Joshua Vana Sings “To the River” at Yellow Finch Blockade

Message from Joshua Vana:

Y’all, there’s this thing I do sometimes where I go sing and play to folks who are living in trees and meanwhile directly preventing the advance of billion dollar corporations plundering Appalachia.

Yesterday I was at the Yellow Finch Blockade on day 331 of uninterrupted tree sits, saying ‘thank you’ and enjoying the company of the good folks there. I found some time in between the roar of backhoes, all perfectly perched to flip over at any moment on the side of the ridge directly across the road, to play this song I wrote this past spring called “To The River”.

It’s difficult for me to explain witnessing the song play out in real life as it’s sung – but I can say that I rarely feel more grounded and alive than when I’m with so many others who are risking something – anything – time, energy, money, safety, hope, to maintain a future we can thrive in (or simply survive in).

One of the things I can offer to the world, to a decent society, in times of struggle (though there seem to be quite a few these days, and multiplying) is music. It’s important for communities to tell their own story of resistance and I think this tune is in that greater songbook somewhere.

There are some fires burning in Appalachia that we’d like to keep lit. Some of ’em are being cared for by Appalachians Against Pipelines. I’d like to encourage you to look into this little corner of a greater movement for water protection and community defense and maybe consider supporting them at bit.ly/supportmvpresistance. They’d appreciate any help you might be able to offer, and so would the folks who’ve been fighting the Mountain Valley Pipeline for five long years.

Thanks for reading, listening – and for those ‘in between’, you know who you are.

Catalog of Disasters

In an article published July 17, 2019, DC Media Group reports on the catalog of disasters inflicted by the Mountain Valley Pipeline on the LaFerriere family and their Blackberry Springs Farm in West Virginia. In September 2018, despite cease and desist orders, the organic farm was showered repeatedly with pellets of Earth Guard Edge dropped from helicopters. The pellets are an erosion control product containing acrylamide, a carcinogen. LaFerriere, his wife and children, and an intern were all struck by the pellets while harvesting ginseng a quarter mile from the MVP right of way, with resulting contusions and lacerations. Specialists said nothing could be done to mitigate the damage, since once the pellet gets wet, it gets into the soil.  The organic status of the farm has been jeopardized.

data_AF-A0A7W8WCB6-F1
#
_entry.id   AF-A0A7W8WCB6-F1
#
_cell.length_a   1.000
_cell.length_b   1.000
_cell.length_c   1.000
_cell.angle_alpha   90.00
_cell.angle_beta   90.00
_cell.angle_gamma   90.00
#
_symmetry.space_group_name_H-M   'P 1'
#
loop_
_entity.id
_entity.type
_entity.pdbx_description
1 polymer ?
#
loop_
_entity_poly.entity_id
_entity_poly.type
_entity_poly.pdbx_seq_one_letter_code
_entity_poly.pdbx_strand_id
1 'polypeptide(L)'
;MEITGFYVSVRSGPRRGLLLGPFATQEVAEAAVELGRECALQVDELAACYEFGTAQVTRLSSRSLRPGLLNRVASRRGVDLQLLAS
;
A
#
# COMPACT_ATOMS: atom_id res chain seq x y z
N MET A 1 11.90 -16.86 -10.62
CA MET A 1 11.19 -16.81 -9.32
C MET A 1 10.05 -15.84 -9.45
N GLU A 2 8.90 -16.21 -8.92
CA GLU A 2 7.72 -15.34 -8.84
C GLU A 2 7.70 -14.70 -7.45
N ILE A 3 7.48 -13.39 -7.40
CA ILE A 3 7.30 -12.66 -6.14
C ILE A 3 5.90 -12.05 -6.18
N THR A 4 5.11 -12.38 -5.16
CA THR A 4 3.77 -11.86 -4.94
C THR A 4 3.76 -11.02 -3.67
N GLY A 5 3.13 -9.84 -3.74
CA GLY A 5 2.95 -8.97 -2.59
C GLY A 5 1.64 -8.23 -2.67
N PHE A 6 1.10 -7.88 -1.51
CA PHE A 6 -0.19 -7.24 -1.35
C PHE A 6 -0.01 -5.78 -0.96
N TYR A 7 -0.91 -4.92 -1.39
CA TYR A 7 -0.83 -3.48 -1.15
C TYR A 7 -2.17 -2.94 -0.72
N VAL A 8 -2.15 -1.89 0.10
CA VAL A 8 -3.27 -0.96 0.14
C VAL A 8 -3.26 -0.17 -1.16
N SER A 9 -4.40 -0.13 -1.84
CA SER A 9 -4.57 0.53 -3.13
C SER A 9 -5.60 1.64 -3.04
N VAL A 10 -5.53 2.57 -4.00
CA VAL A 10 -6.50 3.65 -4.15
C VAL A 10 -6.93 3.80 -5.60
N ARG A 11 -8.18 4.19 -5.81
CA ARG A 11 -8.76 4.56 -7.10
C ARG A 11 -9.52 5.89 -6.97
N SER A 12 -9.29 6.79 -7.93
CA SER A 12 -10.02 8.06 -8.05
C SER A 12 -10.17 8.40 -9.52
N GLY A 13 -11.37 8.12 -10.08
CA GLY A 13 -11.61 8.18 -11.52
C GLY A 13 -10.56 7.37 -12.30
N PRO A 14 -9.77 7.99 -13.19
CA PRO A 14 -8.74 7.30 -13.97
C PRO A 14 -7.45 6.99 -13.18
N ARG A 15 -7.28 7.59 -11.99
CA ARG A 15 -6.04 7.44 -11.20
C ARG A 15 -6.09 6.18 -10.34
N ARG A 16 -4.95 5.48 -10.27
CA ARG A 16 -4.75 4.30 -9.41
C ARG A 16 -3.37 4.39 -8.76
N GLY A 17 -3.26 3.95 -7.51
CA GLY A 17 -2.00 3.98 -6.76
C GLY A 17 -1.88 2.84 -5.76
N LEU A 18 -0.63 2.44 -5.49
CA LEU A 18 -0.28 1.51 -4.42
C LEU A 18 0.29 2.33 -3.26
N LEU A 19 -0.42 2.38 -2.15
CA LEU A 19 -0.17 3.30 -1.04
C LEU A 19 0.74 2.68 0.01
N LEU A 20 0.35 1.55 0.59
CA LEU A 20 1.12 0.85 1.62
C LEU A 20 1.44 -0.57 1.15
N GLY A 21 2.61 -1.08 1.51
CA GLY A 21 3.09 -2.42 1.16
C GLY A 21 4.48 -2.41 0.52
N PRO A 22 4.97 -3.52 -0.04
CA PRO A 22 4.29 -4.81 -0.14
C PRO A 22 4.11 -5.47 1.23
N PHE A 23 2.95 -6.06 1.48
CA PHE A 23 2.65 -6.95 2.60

“MVP is required to adhere to an Organic Management Plan it filed with FERC, but LaFerriere said they still hadn’t provided him with any information with regard to its implementation. He claims he hasn’t been allowed to speak with the expert from the International Organic Inspectors Association hired by MVP–who has been out to the property twice–and he still hasn’t received a complete list of materials that MVP would be using on the farm. MVP also wouldn’t tell him much about the pale green coating on the 42″ diameter pipeline. His concern about the coating degrading and contaminating the soil and water is shared by FERC, which last week sent a letter to MVP asking about its safety after two years of sitting in the sun.”

Last year, LaFerriere asked for 72 hours notice before MVP cut trees in the right-of-way so he could move some materials. They failed to give notice, and felled trees on the materials, ruining them. MVP had to pay to replace them.

MVP maintains they have “retained an organic consultant to train workers and environmental inspectors and monitor construction activities and remediation. LaFerriere said that no monitors or inspectors have been introduced to them, and he has not seen anyone on site that he can identify as a organically trained monitor.”

Because Laferriere believed MVP wasn’t honoring its organic management plan requirements, he sent yet another cease and desist order; MVP representatives agreed to meet with him, but cancelled at the last minute.

On July 16, only an hour after the scheduled (ten cancelled) meeting meant to discuss the Laferriere’s concerns over MVP’s failure to adhere to the organic management plan requirements, “an excavator operating on the right-of-way tipped over onto its side. The excavator was on relatively flat terrain, not on a steep hill or slope, LaFerriere said. Fluids spilled out, and nearly 20 workers were required to bag soil that was contaminated. He didn’t observe any barrier or protective silt socks put in place to contain the spill. The driver was able to exit the excavator and walk away with the assistance of co-workers.”

The article notes that, “Problems with MVP construction have not been limited to Blackberry Springs Farm. MVP was cited with more than 300 violations by the end of 2018 alone. As a consequence, many of the pipeline’s permits have been revoked. FERC has approved 125 requests by MVP to deviate from its original work plan, and most appear to be related to efforts correct erosion events.”

Also in recent days, MVP construction materials in Virginia were swept down the Blackwater River by heavy rains, ending up in Smith Mountain Lake, where they are a safety hazard, particularly for boaters. Because of its many violations in Virginia, attorney general Mark Herring filed a civil lawsuit against MVP in October 2018. But because he refuses to issue a stop work order, construction and the resulting devastation continues.

Read the full DC Media Group article here.

Related article in the July 15, 2019 Virginia Mercury, MVP’s violations show ‘complete absence of any and all meaningful regulation’